For those of you unlucky enough to be based east of Falkirk, I tried the same starting at Edinburgh Castle. The first wind farm would run west to the hamlet of Gilchriston, which is just north-west of Dun Law Wind Farm, which I worked on in the distant past. (If you run the farm west from Edinburgh, you end up in Bo’ness, which no-one would want to do.) The other design would end up somewhere between Kirkcaldy and Glenrothes, near Thornton — and not that far from Methil, a distance that the RSPB would have us believe is just too far for a wind farm.
So, where’s the news, RSPB? How did your land get somehow more precious than ours?
My folks have been visiting for the last couple of weeks (we’re just about to leave for the airport), and Dad asked for some links we discussed. The following will probably make little or no sense to other readers:
I cycled out to the end of Leslie Street Spit this evening. It’s far. I got to the concrete pad by the lighthouse: Google Maps: Leslie St Spit: 43.61374° N, 79.34352° W.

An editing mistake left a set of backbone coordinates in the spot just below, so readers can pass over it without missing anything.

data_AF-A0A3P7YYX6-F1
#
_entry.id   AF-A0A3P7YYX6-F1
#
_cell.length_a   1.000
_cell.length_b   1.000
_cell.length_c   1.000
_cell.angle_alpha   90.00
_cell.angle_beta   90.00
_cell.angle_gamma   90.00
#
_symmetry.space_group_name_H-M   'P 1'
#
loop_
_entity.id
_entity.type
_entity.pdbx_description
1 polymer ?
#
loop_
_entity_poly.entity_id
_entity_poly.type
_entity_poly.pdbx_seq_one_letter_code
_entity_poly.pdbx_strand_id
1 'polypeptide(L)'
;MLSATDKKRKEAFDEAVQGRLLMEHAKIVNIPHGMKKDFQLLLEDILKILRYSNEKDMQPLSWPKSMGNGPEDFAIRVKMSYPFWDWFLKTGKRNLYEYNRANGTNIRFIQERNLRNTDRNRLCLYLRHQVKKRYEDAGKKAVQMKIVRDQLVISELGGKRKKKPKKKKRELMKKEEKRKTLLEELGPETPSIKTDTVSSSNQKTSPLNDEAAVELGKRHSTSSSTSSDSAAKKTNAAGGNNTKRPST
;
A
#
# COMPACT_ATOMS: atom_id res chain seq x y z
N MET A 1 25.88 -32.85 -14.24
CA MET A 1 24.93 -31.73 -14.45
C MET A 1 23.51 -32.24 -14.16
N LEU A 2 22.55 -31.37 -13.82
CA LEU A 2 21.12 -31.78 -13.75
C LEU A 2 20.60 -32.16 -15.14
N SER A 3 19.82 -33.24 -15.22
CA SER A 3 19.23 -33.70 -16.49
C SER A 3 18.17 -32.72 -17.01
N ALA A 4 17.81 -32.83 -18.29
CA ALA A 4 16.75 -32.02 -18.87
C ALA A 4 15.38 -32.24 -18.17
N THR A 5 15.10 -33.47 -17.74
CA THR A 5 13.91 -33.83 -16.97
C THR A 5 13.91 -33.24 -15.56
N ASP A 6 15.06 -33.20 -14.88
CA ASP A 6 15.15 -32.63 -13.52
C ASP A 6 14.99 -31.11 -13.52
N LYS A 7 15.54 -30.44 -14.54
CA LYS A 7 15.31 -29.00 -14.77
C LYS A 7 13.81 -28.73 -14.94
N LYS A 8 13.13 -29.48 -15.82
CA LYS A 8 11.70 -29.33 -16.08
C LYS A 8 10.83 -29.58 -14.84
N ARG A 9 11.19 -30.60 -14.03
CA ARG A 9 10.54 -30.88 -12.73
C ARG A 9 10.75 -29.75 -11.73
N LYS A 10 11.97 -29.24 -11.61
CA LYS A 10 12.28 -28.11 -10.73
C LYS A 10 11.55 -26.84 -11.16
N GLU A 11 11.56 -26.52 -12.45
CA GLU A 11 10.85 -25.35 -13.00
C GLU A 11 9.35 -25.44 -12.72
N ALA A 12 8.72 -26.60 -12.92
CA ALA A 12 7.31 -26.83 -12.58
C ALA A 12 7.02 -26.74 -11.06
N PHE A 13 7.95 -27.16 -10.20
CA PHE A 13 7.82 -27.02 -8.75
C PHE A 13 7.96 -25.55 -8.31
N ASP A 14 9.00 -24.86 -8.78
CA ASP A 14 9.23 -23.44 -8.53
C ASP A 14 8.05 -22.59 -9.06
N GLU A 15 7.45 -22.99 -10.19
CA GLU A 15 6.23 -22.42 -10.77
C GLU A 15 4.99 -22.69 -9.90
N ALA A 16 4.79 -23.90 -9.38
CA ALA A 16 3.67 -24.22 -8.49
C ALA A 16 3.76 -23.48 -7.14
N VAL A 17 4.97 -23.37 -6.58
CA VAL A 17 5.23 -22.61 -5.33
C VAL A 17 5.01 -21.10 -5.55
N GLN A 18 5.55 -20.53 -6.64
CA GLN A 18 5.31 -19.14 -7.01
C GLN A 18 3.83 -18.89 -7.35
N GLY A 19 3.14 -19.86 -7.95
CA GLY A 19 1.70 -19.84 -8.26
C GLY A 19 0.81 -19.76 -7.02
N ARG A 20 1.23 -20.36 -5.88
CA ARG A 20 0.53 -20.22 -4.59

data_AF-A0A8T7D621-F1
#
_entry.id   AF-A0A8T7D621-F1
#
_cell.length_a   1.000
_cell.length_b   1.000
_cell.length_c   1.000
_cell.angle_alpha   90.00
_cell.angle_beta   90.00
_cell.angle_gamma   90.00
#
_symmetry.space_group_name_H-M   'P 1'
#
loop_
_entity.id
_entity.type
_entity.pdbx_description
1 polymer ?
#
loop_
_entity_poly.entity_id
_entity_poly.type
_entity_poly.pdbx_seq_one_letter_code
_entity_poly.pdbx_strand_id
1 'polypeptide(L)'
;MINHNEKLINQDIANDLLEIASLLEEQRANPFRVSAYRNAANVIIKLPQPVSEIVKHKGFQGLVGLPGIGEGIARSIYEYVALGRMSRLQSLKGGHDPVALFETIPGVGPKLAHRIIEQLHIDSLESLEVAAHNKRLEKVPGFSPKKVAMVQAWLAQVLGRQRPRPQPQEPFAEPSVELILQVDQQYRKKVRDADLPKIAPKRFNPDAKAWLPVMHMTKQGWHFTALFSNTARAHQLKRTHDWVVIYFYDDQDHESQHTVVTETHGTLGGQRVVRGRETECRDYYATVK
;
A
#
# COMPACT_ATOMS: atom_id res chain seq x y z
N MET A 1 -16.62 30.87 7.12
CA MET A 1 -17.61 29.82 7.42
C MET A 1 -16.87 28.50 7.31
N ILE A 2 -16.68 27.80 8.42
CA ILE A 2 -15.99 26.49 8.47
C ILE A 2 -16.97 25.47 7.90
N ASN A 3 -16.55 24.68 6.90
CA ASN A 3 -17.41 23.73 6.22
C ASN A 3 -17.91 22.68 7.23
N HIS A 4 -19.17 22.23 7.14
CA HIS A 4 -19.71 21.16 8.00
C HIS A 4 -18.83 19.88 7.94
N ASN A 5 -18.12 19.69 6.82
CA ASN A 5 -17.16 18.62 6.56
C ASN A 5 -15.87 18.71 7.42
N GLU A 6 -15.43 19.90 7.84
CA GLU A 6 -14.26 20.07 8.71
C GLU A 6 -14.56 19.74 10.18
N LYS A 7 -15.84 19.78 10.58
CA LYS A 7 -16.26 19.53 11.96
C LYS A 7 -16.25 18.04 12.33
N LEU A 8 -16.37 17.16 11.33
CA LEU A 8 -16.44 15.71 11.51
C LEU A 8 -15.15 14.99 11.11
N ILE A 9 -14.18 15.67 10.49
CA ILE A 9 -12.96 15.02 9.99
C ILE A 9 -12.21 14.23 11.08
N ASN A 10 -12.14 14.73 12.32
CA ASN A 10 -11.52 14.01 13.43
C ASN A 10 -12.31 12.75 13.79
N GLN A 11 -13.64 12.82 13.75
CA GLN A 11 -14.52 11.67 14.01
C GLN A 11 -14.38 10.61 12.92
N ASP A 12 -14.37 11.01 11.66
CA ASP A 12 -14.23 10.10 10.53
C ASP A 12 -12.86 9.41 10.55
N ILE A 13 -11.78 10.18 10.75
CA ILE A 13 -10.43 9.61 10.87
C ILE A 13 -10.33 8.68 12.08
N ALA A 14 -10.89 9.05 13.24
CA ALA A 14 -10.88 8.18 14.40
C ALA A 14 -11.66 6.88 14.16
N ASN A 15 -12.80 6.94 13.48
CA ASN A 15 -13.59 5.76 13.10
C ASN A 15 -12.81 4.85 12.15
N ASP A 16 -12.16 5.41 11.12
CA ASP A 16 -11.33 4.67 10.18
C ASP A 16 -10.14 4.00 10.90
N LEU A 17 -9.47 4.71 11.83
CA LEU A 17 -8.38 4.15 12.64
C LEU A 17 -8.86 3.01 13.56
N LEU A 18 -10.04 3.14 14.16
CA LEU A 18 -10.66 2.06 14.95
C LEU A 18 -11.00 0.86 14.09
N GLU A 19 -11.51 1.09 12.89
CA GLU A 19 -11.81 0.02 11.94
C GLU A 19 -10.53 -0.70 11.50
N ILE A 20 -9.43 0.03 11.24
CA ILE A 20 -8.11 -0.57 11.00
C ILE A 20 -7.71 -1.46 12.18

My legs hurt. A lot. But it was pretty. I saw one of the beaver-felled trees, too.
Update April 2007: I’ve created a Google My Maps page for these locations: Wind Turbines from Space.
Messing about with Google Maps, I went looking for wind turbines. And yup, you can see ’em:
- Pickering, Ontario: Vestas V80, by Pickering Nuclear Power Station. You can see this quite clearly.
- Toronto, Ontario: maybe I’m imagining I can see the WindShare turbine.
Update, 3rd May: following my posting to awea-windnet, I got three more:
Thanks to David Wright for the California location, and Joe Duddy of RES (my old employer!) for the two from England. I’ve spent quite a bit of time on the latter two windfarms.
Update, 6 May: Found a couple more windfarms from space on googleglobetrotting.com:
- near Livermore, California.
- east of Tehachapi, California — dig the arrangement of blades in the boneyard.
Update, 20 June: Google now has worldwide coverage.
- Tarifa, Spain
- Middelgrunden, København, Denmark (offshore)
- somewhere else in Denmark — these are big turbines.
Update, 29 June: